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Page last updated at 11:30 GMT, Friday, 3 September 2010 12:30 UK
Village chapel celebrates bi-centenary
By Heather Skull
BBC Wiltshire

Penknap baptism
Hundreds of people have been baptised at Penknap since 1810

Ask Guy Davies, the current pastor of Penknap Providence Chapel, how he sums up this celebratory weekend at his church and he doesn't hesitate.

"Hebrews 13 v 8 - Jesus Christ is the same yesterday, today and forever," he said.

"And that's a reminder that the Lord Jesus Christ, who has so wonderfully blessed this church in the past, is still our saviour today - so we can look forward to his blessing upon the church in the days to come. "

If you sit in the chapel, which is just outside the village of Dilton Marsh, you get a little sense of that history of worship. And if you study its past, you certainly do.

It had remarkable beginnings as the church came out of a series of open-air meetings led by George Phillips in April 1810.

And, unbelievable as it might seem in England's uncertain climate, the church was named Providence because none of the open air meetings was ever affected by rain.

Those early members, just 30 of them, certainly had a passion and a vision for their church - it was built by October in that same year in a field called Penknap.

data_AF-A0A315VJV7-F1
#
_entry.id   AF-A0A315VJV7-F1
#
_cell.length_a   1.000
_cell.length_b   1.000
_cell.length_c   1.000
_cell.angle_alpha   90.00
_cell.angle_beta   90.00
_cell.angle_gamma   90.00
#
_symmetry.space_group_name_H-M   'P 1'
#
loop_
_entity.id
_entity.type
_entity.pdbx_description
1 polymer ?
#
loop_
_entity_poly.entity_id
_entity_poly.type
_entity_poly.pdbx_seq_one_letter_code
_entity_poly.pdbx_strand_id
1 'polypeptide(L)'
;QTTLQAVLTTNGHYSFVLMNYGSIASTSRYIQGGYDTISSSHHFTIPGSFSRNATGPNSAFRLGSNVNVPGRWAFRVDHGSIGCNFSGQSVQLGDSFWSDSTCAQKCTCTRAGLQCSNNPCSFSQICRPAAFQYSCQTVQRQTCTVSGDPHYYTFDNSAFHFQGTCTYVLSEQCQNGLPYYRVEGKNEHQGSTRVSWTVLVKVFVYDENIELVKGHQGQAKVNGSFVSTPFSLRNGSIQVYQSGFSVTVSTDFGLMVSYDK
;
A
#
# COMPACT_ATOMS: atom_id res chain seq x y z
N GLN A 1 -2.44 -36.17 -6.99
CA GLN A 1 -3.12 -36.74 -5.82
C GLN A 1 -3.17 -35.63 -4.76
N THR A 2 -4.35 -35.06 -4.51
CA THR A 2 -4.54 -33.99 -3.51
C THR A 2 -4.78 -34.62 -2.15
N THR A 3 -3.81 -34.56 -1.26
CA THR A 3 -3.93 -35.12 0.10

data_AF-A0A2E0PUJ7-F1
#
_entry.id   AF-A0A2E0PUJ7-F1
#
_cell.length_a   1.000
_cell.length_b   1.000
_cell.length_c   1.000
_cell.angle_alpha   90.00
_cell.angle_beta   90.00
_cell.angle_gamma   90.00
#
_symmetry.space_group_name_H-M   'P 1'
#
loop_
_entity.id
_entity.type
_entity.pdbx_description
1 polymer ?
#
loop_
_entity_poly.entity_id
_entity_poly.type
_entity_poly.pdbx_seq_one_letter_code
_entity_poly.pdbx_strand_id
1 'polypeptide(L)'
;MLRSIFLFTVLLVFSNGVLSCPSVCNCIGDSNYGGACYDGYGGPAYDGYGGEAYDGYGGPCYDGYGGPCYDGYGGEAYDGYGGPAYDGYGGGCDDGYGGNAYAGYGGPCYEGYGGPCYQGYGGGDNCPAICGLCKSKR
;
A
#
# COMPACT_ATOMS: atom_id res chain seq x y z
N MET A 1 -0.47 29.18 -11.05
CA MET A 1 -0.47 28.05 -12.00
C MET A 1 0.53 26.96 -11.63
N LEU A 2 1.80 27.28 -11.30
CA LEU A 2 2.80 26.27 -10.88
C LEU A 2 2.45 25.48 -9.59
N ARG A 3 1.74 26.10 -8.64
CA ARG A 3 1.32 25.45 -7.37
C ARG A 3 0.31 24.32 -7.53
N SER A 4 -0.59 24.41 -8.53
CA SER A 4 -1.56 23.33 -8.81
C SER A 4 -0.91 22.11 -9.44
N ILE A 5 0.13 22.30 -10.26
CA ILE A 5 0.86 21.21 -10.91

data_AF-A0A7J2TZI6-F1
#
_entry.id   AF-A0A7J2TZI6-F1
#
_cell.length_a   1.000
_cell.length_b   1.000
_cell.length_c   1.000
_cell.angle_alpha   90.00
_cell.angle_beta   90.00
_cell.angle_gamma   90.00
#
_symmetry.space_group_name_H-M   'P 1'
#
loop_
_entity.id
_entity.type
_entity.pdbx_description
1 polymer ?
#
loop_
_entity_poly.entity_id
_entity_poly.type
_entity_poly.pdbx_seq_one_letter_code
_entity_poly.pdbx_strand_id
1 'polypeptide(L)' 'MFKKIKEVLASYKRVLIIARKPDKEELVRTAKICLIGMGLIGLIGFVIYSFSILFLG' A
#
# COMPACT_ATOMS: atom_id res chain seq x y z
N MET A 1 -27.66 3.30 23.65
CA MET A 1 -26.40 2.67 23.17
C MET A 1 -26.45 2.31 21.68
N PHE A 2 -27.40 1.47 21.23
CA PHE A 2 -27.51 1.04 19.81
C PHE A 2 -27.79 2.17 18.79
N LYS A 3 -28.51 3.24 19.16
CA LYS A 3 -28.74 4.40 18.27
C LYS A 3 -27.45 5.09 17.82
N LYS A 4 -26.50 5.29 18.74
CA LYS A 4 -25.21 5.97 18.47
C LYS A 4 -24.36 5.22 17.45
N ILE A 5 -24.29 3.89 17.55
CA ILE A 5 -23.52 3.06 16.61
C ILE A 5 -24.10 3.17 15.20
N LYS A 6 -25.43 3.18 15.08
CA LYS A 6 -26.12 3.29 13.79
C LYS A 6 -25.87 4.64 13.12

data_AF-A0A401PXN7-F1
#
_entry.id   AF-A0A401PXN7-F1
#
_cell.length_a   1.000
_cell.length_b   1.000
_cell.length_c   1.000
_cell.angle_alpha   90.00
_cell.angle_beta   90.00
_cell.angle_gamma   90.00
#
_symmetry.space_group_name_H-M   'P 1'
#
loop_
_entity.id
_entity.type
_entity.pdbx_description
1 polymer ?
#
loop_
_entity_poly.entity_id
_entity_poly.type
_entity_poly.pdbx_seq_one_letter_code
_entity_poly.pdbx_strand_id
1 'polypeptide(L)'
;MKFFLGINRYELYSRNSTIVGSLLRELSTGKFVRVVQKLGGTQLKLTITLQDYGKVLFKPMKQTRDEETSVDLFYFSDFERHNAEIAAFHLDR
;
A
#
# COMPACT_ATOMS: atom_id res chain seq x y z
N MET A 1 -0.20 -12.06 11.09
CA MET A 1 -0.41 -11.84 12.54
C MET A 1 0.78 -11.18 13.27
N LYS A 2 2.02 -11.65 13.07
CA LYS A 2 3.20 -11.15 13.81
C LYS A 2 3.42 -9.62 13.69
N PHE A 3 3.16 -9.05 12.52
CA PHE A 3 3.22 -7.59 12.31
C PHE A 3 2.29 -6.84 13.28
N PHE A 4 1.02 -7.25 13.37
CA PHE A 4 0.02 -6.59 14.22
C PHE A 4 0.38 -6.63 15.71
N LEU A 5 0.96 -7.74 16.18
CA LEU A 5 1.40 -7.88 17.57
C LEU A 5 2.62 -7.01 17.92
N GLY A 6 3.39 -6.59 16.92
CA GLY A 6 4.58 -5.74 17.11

Its first pastor was George Phillips and during his time there the church grew, records show that 232 extra people joined.

Guy Davies
Guy Davies is pastor at Penknap Chapel

The church continued to grow until at its 50th anniversary, it had 589 members.

But it suffered a blow, during the late 1800s, when the cloth factories closed and many people had to move away to find jobs elsewhere.

Still, the church continued its work on the edge of the village and kept growing. It had a strong Sunday school for many years, and still today runs youth clubs but numbers are a lot lower than the early days.

This weekend (4 and 5 September) has seen three services marking the chapel's bi-centenary.

Pastor Davies admits with fewer and fewer non-conformist churches, in Wiltshire's towns and villages, this might be an increasingly rare celebration.

Where once there were at least a Baptist or Methodist chapel or sometimes both in the county's villages, now they're more likely to be homes than houses of God.

Guy said: "A number of churches in situations like ours have closed over the last 20 or 30 years.

"In terms of looking forward, we remember the God who our forefathers worshipped all those years ago and look forward with hope."




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